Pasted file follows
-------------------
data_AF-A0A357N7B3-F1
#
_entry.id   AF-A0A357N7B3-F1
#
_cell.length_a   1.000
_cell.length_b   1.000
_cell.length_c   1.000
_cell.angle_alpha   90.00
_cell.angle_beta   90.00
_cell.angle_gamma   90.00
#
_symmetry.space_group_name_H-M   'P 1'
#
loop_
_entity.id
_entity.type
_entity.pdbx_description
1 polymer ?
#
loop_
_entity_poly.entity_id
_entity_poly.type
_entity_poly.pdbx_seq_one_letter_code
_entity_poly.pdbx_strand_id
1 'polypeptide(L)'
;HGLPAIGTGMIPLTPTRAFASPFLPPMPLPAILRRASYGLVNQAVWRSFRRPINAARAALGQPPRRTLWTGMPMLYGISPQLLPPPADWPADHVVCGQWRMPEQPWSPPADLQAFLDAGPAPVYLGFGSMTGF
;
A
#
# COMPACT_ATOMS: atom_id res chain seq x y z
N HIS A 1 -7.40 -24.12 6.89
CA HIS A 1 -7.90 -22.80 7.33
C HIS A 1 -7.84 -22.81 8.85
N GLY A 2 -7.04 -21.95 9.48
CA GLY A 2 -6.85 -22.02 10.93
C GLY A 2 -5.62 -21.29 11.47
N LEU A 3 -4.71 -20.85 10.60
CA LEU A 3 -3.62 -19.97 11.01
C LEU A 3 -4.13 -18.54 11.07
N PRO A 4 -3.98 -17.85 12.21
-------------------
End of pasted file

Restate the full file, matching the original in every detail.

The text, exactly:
data_AF-A0A357N7B3-F1
#
_entry.id   AF-A0A357N7B3-F1
#
_cell.length_a   1.000
_cell.length_b   1.000
_cell.length_c   1.000
_cell.angle_alpha   90.00
_cell.angle_beta   90.00
_cell.angle_gamma   90.00
#
_symmetry.space_group_name_H-M   'P 1'
#
loop_
_entity.id
_entity.type
_entity.pdbx_description
1 polymer ?
#
loop_
_entity_poly.entity_id
_entity_poly.type
_entity_poly.pdbx_seq_one_letter_code
_entity_poly.pdbx_strand_id
1 'polypeptide(L)'
;HGLPAIGTGMIPLTPTRAFASPFLPPMPLPAILRRASYGLVNQAVWRSFRRPINAARAALGQPPRRTLWTGMPMLYGISPQLLPPPADWPADHVVCGQWRMPEQPWSPPADLQAFLDAGPAPVYLGFGSMTGF
;
A
#
# COMPACT_ATOMS: atom_id res chain seq x y z
N HIS A 1 -7.40 -24.12 6.89
CA HIS A 1 -7.90 -22.80 7.33
C HIS A 1 -7.84 -22.81 8.85
N GLY A 2 -7.04 -21.95 9.48
CA GLY A 2 -6.85 -22.02 10.93
C GLY A 2 -5.62 -21.29 11.47
N LEU A 3 -4.71 -20.85 10.60
CA LEU A 3 -3.62 -19.97 11.01
C LEU A 3 -4.13 -18.54 11.07
N PRO A 4 -3.98 -17.85 12.21